Many, if not most, people experiencing cardiac symptoms delay seeking medical treatment (1). Early professional approaches to this problem assumed that lack of knowledge of heart attack symptoms was the source of patient delays. However, more recent research has demonstrated that lack of knowledge is rarely the most important reason for patient delays in seeking treatment (1). Rather, reasons for delays in treatment seeking are complex and relate to patients' age, sex, cultural and racial/ethnic background, socioeconomic status, insurance coverage, geographic location, medical history, availability of social support, and cognitive and emotional factors (1).
We have previously described how "no transport" deaths from cardiac events may represent lost opportunities for life-saving medical intervention (3). Although SCAs are rapid-onset events that require immediate medical intervention to ensure resuscitation and reperfusion of the heart (4), the typical clinical development of an AMI opens a wider time frame for medical intervention (5). Both individual (patient) factors (1,3,6) and local social environmental (small-area) factors (3,7,8) may influence the use of medical care resources during an acute cardiac event. Availability of an acute-care hospital and local EMS are essential requirements, but even in areas with reasonable availability of services, many deaths from cardiac events occur without transport (8).
On the basis of findings from previous research, we hypothesized that both sociodemographic characteristics of decedents (unmarried, male, younger age, white race, and lower educational attainment) and social environmental characteristics of small areas (low population density and low social cohesion) would increase the probability that people would die from a cardiac event without transport to a hospital. Social cohesion is an ecologic construct that attempts to capture the overall extent of social ties and connectedness in a defined community. Low community social cohesion has been independently associated with heart disease risk (9,10). We focused on premature deaths because complex factors influence the desirability of hospitalization and aggressive medical intervention among elderly patients, particularly the very elderly (2). In contrast, for nonelderly persons who experience cardiac events, there exists a social and cultural presumption about the importance and necessity of medical intervention in industrialized countries such as the United States (2).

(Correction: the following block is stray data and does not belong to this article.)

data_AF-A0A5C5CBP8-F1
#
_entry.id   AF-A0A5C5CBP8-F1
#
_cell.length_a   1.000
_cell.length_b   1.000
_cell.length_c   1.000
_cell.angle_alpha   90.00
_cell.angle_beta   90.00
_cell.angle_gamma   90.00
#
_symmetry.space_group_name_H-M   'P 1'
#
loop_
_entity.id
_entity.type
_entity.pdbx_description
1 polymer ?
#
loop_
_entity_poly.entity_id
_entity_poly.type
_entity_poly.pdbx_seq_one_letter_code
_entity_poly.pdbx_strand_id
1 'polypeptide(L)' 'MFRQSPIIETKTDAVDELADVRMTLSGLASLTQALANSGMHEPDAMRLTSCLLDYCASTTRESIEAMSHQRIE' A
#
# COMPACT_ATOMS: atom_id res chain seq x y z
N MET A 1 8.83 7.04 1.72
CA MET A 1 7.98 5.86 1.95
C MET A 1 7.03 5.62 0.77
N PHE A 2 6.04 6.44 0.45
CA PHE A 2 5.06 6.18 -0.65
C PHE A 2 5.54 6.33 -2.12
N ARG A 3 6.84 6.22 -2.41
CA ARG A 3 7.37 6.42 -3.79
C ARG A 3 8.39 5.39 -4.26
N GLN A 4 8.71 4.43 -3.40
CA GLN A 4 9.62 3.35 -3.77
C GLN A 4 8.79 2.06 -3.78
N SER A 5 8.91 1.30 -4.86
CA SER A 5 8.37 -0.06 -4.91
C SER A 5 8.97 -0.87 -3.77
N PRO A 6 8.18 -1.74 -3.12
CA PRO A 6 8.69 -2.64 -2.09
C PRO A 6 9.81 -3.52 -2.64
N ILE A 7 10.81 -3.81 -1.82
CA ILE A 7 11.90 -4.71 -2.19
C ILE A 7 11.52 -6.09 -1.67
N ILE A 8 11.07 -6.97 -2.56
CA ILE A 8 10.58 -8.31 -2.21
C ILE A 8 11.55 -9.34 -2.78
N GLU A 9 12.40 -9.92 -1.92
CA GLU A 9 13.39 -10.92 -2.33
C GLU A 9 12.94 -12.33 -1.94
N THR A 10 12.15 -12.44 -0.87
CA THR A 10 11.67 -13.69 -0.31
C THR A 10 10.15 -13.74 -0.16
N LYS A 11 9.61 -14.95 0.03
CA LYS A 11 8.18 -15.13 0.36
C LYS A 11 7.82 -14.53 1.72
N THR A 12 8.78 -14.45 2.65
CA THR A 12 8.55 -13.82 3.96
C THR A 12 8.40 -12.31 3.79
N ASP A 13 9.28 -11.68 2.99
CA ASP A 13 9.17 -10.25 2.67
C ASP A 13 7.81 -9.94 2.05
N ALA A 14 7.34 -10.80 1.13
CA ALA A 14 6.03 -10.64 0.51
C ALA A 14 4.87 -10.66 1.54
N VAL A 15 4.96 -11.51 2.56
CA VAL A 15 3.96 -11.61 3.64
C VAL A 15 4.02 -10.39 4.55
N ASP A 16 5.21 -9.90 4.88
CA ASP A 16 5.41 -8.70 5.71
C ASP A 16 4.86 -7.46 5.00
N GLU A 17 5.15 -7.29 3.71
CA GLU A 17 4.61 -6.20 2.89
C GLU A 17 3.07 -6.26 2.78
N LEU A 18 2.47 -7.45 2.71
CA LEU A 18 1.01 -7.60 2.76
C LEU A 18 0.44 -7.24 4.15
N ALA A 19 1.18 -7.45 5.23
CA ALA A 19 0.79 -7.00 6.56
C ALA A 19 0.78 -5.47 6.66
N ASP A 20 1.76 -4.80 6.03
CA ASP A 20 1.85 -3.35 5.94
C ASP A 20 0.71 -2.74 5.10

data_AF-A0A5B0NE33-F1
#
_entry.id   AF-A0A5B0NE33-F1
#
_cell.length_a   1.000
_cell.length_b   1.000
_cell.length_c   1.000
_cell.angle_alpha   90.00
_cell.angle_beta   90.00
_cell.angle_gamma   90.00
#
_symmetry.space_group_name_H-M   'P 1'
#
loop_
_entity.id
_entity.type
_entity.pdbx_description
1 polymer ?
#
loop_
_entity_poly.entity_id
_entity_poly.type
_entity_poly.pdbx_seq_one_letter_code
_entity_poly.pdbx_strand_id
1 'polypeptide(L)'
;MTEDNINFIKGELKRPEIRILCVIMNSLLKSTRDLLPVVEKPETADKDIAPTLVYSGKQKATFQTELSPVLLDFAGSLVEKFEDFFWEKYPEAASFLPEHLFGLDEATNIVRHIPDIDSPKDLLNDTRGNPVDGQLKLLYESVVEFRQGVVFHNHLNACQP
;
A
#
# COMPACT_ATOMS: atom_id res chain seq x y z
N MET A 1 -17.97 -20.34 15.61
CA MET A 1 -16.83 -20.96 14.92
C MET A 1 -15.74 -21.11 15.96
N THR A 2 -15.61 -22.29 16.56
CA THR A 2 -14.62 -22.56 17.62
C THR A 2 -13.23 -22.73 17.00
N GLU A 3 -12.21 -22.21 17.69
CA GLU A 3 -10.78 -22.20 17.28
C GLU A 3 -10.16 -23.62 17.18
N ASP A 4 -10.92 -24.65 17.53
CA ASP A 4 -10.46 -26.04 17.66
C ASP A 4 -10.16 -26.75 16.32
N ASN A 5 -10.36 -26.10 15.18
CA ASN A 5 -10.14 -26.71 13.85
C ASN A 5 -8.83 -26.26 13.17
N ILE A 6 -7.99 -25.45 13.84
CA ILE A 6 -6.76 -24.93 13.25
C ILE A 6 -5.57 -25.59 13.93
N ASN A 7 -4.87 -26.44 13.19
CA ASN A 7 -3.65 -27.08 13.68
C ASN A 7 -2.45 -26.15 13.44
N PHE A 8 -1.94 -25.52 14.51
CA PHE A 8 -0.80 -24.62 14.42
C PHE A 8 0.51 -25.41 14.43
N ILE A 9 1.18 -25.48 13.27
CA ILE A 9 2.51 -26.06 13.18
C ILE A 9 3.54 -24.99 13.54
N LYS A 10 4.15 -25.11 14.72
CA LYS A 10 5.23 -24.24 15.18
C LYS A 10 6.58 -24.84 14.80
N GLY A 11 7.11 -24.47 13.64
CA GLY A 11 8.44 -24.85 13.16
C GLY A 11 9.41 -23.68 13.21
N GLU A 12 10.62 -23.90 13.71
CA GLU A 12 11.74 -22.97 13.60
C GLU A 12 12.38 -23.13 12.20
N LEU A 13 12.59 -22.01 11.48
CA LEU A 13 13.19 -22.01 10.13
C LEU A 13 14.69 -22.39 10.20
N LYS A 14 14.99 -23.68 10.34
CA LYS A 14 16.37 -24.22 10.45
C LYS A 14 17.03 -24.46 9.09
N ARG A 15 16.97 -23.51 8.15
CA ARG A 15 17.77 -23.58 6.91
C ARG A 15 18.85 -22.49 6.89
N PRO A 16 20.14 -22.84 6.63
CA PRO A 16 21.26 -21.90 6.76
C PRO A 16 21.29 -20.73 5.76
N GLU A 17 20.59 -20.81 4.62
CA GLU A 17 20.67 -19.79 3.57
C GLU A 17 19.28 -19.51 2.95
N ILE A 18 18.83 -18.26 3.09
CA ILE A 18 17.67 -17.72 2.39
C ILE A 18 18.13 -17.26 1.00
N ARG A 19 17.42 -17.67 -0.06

Our study population consisted of adults aged 25-69 years who died from an acute cardiac event during 1998 through 2002 in Tampa, Florida. We ascertained cardiac decedent status from death certificates. An acute cardiac death was defined as any death for which the coded underlying cause was AMI (International Classification of Diseases, Ninth Revision [ICD-9] codes 410-411; ICD-10 code I21), cardiac arrest/cardiac dysrthymias (ICD-9 codes 427.4, 427.5, 427.9; ICD-10 codes I46.1, I46.9, I49.0, I49.9), cardiovascular disease unspecified (ICD-9 code 429.2; ICD-10 code I51.6), or ill-defined and unknown causes (ICD-9 codes 798.1, 798.9, 799.1, 799.9; ICD-10 codes R09.2, R57.0, R96.0, R98, R99). We included cardiovascular disease unspecified because under ICD-9, this code was used for cases of myocardial infarction and ischemic heart disease with insufficient diagnostic information (11). Because the likelihood of misclassification of cause-of-death coding for heart disease is not independent of place of death (the basis of our main study outcome), we used a definition of acute cardiac deaths that included definite, probable, and possible AMIs and sudden cardiac deaths.